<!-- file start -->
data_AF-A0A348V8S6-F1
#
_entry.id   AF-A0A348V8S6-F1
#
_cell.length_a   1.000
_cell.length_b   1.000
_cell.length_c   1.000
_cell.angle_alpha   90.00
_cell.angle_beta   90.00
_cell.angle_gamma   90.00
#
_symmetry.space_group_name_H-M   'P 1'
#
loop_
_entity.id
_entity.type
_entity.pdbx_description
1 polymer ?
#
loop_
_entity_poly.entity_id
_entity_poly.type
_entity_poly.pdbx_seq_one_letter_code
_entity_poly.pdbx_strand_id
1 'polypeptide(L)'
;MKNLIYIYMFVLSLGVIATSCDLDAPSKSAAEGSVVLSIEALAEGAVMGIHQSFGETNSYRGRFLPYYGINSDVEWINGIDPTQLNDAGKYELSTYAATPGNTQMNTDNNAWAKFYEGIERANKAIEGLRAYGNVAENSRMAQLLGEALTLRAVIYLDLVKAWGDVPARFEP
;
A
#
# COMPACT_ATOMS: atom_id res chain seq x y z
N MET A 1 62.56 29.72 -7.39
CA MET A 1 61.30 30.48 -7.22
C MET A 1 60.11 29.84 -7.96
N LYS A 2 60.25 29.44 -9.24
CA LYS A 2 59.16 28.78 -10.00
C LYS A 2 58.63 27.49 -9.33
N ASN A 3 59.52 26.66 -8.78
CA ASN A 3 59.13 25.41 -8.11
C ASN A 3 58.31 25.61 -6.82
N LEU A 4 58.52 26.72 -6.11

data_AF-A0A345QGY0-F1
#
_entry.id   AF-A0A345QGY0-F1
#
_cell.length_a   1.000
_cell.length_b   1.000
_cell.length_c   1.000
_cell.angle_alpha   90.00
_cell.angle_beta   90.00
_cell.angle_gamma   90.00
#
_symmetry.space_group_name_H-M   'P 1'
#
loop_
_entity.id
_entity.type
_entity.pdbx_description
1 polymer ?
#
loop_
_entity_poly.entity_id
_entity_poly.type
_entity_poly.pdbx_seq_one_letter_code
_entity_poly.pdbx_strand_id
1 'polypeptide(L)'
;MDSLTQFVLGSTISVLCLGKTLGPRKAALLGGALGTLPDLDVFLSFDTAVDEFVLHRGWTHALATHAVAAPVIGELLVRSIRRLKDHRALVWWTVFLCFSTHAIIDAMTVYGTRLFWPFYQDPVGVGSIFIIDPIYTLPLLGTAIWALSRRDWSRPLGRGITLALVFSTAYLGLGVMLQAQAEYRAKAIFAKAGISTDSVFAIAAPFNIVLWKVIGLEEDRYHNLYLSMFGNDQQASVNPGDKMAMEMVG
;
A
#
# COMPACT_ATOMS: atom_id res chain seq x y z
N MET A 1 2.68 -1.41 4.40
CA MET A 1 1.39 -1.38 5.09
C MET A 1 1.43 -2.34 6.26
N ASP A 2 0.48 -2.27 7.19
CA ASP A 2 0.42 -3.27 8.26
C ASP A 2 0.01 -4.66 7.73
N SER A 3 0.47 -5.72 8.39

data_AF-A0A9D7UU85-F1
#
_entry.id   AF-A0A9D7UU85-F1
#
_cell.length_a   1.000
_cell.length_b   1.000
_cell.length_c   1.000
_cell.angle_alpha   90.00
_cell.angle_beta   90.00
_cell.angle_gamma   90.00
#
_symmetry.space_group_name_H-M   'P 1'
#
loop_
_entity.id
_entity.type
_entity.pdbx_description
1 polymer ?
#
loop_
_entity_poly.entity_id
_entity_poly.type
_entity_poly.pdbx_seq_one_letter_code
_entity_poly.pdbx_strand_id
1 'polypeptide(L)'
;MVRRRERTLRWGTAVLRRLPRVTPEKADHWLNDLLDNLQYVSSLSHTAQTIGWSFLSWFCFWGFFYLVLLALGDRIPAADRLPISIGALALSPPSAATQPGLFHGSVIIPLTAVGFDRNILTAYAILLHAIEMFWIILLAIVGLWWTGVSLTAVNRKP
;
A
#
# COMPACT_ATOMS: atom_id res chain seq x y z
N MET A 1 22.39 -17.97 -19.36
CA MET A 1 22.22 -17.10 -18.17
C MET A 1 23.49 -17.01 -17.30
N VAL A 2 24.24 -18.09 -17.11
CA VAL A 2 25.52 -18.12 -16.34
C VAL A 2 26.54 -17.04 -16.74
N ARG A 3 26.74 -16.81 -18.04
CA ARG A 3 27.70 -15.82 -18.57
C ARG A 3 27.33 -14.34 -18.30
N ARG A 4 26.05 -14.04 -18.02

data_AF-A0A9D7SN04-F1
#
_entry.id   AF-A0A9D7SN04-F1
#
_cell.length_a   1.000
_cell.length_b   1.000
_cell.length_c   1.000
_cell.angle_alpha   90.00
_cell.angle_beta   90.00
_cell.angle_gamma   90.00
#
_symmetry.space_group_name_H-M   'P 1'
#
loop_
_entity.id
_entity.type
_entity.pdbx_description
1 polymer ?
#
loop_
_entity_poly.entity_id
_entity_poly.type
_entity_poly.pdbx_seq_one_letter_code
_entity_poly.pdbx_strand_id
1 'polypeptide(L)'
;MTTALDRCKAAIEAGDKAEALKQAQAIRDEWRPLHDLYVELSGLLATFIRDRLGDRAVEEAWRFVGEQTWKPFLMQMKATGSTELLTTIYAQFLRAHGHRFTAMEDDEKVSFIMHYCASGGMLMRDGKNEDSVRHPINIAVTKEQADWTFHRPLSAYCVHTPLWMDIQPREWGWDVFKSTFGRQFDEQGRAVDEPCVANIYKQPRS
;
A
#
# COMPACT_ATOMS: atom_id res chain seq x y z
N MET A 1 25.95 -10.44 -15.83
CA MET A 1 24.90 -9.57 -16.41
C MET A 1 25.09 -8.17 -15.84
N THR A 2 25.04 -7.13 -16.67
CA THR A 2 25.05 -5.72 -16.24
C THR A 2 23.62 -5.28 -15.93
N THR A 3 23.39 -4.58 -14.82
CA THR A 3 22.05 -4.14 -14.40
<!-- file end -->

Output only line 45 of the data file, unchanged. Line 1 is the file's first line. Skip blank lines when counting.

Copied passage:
_cell.length_a   1.000